Reformation's stores don't just remove pain points for shoppers--they also collect data that traditional retailers lack, everything from how long customers spend trying on particular items to which pieces convert best from dressing rooms to cash registers and which pieces shoppers browsed. Reformation merges customers' online and in-store activity to improve recommendations. Most retailers know how many people walked in and how many bought something, but not much else. "We created a store where all the interactions are tracked," says Aflalo, who is also Reformation's product mastermind. (Her husband, Ludvig Frössén, is creative director.)
Aflalo started Reformation in 2009 as a side gig and took no outside funding. By 2013, she turned her attention to it full-time. The company has since become profitable and grown to nearly 550 employees. In 2015, it raised $12 million from a group of venture investors led by Stripes Group and 14W, at an estimated valuation of $87 million.
Aflalo says surveys show product design is the main driver of Reformation's sales, with the promise of sustainability a close second. Like the fast-fashion giants H&M and Forever 21 , Reformation operates on a rapid design-to-rack cycle of 42 days. But unlike cheaper fast fashion, Reformation spares its customers the notorious lines, piles of sizes and uncomfortable dressing rooms. The turnaround time limits the number of units of each style and color and creates a sense of exclusivity without designer prices.
While Aflalo started with Millennial women, her vision is to bring her collections to the masses, adding product lines that span gender and age brackets. She is betting that a focus on quality and rising environmental awareness will help Reformation take on not only standard fast fashion but also higher-end Goliaths like Urban Outfitter's Anthropologie and Free People brands.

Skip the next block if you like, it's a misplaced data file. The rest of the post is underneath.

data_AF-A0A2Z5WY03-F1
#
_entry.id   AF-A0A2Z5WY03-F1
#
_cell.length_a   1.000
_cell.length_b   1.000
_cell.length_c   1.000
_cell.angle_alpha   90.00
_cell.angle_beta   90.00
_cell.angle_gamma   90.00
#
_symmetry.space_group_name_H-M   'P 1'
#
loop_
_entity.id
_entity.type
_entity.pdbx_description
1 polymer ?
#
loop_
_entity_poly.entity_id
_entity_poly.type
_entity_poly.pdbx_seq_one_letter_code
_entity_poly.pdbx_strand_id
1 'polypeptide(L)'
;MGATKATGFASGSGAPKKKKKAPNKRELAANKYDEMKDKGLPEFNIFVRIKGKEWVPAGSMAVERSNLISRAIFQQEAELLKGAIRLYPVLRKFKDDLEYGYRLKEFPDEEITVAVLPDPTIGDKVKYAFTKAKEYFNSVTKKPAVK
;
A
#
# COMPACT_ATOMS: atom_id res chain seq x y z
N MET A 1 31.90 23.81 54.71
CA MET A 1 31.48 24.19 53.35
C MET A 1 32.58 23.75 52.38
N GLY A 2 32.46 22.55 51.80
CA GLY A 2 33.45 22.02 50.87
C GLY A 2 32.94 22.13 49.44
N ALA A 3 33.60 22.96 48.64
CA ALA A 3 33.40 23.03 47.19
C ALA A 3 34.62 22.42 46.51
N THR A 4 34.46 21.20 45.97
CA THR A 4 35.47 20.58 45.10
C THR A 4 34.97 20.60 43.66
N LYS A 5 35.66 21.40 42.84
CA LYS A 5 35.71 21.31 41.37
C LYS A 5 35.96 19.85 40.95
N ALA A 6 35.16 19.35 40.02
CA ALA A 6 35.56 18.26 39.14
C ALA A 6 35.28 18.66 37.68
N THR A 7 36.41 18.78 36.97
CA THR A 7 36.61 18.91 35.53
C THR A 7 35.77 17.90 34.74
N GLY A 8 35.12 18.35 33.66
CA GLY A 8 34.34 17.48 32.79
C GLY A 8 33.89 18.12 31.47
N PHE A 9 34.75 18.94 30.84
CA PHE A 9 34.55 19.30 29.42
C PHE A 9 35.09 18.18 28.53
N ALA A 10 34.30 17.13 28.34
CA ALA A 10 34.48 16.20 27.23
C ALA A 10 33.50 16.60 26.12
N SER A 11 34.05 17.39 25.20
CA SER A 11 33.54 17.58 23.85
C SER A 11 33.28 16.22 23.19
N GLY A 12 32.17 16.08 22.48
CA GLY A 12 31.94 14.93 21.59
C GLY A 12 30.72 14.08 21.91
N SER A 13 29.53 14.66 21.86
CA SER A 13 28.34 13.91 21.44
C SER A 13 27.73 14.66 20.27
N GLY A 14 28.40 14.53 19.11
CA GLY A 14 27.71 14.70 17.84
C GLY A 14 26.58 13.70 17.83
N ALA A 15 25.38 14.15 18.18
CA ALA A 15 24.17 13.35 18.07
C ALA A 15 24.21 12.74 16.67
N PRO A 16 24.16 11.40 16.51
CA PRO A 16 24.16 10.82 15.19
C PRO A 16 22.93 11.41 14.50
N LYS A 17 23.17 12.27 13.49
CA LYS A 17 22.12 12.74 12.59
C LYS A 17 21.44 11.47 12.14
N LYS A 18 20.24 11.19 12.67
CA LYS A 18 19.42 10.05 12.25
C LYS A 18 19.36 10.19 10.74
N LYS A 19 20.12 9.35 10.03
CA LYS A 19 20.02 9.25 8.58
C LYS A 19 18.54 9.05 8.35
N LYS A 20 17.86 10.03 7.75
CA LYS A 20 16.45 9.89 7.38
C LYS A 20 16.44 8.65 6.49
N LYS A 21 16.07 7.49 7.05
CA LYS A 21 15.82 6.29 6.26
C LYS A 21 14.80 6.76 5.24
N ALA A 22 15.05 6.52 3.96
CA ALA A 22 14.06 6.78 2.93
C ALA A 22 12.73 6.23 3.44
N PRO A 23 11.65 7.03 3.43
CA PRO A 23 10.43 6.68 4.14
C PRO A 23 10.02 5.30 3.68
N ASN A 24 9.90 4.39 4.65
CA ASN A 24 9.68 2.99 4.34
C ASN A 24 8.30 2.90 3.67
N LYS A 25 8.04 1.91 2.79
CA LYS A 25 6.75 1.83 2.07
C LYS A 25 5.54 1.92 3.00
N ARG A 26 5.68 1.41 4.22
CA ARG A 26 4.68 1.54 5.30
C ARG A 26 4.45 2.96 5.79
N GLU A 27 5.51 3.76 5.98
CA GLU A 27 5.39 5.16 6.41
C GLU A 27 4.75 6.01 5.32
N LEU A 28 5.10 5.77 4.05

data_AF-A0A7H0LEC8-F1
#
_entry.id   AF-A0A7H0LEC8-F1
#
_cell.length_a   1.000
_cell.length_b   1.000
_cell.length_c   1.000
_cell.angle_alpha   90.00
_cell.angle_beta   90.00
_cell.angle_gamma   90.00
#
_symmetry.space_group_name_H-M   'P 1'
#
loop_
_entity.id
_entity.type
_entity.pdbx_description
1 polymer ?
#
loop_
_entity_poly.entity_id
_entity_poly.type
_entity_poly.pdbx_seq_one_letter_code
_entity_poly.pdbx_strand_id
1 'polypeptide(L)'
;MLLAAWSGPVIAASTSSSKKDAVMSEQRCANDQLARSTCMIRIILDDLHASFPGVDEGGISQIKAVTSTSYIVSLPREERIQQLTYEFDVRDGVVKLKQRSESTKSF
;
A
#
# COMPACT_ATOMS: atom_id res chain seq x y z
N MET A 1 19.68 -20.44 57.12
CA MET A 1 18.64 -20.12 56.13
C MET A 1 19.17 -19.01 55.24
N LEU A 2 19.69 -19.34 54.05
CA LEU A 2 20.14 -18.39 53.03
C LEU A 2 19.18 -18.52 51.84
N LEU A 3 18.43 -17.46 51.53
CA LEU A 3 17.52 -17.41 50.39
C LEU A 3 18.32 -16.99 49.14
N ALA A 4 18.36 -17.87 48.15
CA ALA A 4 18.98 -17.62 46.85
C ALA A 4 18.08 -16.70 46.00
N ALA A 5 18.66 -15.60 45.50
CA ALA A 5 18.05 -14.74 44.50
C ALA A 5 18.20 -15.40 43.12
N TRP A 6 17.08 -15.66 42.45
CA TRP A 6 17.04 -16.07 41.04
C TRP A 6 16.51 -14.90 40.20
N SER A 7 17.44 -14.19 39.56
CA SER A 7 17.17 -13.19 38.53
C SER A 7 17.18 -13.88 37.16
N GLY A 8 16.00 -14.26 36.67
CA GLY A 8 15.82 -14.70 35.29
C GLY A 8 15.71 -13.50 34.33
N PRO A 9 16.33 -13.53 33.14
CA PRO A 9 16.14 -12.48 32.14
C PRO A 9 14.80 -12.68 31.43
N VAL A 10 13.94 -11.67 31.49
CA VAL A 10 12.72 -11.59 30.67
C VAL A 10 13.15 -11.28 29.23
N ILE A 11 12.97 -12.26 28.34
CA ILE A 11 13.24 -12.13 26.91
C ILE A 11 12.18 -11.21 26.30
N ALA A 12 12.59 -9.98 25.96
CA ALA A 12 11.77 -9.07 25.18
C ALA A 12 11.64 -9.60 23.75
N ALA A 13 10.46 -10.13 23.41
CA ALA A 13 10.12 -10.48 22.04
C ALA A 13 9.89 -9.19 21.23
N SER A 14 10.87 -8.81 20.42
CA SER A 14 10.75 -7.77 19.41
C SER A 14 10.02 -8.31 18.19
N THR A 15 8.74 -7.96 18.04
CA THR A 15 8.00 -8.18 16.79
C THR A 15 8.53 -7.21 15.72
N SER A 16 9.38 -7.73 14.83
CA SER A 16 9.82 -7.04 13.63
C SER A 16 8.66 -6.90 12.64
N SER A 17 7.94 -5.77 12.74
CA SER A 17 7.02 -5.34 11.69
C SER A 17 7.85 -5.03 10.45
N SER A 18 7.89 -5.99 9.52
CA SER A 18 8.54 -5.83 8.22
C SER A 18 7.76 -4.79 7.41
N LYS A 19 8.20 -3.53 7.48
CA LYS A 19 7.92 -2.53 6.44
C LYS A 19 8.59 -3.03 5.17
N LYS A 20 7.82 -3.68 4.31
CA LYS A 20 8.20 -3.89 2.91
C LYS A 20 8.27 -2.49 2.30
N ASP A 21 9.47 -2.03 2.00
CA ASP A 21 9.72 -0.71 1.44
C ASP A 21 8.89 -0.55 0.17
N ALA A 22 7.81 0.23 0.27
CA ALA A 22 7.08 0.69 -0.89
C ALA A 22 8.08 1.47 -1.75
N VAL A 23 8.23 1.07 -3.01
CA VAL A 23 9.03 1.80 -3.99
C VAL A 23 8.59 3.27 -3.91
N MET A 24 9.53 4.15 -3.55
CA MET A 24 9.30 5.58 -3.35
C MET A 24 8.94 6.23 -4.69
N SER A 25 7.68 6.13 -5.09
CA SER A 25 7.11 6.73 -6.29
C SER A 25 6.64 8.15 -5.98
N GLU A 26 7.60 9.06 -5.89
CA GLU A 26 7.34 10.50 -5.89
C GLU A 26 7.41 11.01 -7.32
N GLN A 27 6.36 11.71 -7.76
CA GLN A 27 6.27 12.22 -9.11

"Yael has created that opportunity to be a next-generation Zara ," says Ken Fox, the founder of Stripes Group and a Reformation board member. "She merges a merchant's view with state-of-the-art data technology to serve the customer." For all its early success and potential, Reformation has a long way to go before it can stake a claim as a real competitor among the fast-fashion giants: Zara had revenue of $18.3 billion last year, and H&M Group, the parent company of H&M, had $27.7 billion. Meanwhile, fashion consumers are notoriously fickle. What's hot today may not be around tomorrow. Witness Nasty Gal, a once-trendy online fashion brand that did nearly $100 million in revenue in 2014 only to file for bankruptcy two years later, or Gilt Groupe, an early e-commerce unicorn that sold last year for a quarter of its peak valuation.